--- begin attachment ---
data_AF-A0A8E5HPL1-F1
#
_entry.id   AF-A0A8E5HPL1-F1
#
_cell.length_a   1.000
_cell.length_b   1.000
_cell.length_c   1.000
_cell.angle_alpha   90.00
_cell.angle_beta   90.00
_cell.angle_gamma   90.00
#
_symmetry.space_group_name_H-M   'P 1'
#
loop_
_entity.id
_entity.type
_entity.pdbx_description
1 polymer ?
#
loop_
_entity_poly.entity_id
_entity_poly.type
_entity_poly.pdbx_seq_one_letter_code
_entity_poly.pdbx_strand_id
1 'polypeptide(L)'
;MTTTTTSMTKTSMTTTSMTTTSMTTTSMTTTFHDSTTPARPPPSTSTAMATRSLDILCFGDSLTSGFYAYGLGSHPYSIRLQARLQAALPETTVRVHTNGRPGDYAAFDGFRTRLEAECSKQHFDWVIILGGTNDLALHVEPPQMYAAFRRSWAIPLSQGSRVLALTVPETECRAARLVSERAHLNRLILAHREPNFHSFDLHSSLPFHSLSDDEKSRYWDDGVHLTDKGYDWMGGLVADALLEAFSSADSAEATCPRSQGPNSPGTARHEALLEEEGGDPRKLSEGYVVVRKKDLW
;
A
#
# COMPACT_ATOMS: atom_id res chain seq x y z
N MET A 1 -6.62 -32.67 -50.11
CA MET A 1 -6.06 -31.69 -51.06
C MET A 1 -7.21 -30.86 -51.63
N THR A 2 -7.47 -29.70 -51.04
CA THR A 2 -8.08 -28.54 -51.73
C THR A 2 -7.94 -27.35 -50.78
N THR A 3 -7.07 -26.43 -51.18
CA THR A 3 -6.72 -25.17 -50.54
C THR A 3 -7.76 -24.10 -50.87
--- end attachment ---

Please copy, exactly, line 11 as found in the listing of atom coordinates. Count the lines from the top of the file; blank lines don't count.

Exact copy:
#